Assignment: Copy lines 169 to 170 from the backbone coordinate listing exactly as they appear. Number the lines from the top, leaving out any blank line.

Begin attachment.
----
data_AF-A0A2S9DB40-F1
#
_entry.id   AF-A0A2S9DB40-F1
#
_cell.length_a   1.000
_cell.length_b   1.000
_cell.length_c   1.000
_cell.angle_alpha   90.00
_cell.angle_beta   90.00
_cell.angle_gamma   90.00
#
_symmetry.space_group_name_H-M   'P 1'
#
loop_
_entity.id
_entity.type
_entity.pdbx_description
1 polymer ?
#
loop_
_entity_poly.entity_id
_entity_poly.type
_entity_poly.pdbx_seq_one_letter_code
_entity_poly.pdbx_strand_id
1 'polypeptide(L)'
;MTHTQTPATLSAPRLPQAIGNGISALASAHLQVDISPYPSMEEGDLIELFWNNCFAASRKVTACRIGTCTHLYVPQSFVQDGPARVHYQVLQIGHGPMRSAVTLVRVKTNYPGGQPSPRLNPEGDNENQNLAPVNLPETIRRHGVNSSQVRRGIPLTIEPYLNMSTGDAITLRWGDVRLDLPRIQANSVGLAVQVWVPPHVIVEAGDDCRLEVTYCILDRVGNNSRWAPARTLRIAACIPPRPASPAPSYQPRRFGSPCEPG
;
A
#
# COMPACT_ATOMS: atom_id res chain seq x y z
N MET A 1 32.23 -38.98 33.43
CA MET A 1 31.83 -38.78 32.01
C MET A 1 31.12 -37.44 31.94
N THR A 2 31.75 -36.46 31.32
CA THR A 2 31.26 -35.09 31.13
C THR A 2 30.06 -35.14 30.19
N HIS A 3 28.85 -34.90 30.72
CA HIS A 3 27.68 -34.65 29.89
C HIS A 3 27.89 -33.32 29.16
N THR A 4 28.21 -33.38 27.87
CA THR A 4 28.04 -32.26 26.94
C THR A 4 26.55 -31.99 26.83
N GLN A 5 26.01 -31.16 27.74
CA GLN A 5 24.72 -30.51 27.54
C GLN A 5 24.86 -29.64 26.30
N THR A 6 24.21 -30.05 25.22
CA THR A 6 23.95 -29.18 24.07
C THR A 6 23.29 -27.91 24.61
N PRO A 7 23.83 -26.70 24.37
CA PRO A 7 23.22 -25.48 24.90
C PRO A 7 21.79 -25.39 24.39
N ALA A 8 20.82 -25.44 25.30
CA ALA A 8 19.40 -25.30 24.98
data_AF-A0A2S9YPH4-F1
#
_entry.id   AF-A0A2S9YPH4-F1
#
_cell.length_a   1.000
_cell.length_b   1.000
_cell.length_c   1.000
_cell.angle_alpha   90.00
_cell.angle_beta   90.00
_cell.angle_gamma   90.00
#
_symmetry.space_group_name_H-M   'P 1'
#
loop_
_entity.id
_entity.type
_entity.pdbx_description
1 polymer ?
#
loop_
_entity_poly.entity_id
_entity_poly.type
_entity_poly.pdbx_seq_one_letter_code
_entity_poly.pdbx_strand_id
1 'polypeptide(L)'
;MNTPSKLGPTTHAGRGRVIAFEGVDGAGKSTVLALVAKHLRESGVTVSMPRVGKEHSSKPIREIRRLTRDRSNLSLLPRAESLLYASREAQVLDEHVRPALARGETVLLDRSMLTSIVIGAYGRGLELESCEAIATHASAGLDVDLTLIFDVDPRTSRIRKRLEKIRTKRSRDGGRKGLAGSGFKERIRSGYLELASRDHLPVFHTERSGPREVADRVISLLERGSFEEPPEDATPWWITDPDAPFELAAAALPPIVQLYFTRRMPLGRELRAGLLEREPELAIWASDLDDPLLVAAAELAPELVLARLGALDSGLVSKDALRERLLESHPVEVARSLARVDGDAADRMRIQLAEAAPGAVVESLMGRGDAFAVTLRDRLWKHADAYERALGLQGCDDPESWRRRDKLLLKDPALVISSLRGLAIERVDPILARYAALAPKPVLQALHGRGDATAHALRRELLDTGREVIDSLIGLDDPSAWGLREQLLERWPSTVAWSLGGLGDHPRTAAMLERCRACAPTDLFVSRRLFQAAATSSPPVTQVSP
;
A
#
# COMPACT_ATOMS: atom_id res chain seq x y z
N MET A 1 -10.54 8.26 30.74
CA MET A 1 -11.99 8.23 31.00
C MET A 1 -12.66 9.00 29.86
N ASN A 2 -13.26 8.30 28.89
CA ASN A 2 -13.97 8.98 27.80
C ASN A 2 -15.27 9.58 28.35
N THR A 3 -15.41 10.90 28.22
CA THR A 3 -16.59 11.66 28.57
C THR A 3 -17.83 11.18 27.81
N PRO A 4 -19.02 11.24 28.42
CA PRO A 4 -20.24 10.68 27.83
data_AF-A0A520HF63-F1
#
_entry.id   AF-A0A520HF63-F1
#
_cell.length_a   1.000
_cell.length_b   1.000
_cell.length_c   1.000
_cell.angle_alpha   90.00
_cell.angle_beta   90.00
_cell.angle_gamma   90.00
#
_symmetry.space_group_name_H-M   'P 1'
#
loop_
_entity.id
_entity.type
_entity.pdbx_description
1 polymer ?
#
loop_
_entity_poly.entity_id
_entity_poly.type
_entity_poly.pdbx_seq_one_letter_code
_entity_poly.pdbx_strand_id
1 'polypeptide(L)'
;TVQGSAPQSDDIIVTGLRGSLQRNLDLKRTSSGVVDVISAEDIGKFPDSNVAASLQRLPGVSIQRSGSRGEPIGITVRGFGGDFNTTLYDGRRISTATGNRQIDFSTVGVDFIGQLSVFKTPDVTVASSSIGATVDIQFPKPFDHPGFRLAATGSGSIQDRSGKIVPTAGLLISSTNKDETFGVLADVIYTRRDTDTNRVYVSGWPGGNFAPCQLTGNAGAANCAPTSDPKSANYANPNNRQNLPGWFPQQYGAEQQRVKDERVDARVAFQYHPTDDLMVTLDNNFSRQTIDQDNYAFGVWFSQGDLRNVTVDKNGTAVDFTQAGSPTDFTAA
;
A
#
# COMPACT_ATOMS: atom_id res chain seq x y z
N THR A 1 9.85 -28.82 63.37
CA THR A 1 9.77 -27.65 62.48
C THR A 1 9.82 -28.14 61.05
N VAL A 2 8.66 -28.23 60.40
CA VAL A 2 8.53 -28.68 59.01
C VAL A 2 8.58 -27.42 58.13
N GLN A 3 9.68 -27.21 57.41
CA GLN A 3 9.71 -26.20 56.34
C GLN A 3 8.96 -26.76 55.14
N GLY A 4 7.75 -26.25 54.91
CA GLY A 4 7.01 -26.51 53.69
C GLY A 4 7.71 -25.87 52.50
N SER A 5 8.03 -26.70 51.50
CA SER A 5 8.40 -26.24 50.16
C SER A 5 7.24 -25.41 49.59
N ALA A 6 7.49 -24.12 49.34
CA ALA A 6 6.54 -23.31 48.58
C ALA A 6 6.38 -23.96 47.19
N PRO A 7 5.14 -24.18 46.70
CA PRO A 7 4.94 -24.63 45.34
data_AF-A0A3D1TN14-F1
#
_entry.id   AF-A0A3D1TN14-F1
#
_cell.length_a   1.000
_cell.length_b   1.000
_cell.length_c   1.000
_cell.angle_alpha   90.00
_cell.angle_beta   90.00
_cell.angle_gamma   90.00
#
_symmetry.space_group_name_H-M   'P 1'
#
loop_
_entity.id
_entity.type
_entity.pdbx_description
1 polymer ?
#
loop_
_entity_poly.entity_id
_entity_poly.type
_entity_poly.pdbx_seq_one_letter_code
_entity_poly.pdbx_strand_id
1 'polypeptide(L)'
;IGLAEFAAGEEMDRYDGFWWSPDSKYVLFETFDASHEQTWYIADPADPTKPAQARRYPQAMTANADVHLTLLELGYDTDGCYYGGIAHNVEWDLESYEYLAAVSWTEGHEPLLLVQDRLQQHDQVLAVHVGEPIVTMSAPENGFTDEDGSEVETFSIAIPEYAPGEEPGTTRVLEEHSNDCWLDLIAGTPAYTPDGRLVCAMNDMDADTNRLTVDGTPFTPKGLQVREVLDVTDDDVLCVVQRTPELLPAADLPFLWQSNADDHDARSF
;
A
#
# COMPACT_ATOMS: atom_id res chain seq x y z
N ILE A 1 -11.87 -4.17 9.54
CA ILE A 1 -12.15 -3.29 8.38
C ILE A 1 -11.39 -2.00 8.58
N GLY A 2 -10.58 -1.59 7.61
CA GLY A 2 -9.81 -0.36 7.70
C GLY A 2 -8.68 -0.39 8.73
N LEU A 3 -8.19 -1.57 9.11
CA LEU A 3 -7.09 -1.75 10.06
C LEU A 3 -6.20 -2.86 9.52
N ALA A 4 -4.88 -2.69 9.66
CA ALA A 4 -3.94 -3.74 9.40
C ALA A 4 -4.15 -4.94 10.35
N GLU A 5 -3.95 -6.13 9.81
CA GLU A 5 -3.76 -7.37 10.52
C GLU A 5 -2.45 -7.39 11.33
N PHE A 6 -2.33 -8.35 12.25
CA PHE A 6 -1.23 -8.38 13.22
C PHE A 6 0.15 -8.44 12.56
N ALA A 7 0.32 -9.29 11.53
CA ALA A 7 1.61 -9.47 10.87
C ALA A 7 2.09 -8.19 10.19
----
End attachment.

1 'polypeptide(L)'
;IGLAEFAAGEEMDRYDGFWWSPDSKYVLFETFDASHEQTWYIADPADPTKPAQARRYPQAMTANADVHLTLLELGYDTDGCYYGGIAHNVEWDLESYEYLAAVSWTEGHEPLLLVQDRLQQHDQVLAVHVGEPIVTMSAPENGFTDEDGSEVETFSIAIPEYAPGEEPGTTRVLEEHSNDCWLDLIAGTPAYTPDGRLVCAMNDMDADTNRLTVDGTPFTPKGLQVREVLDVTDDDVLCVVQRTPELLPAADLPFLWQSNADDHDARSF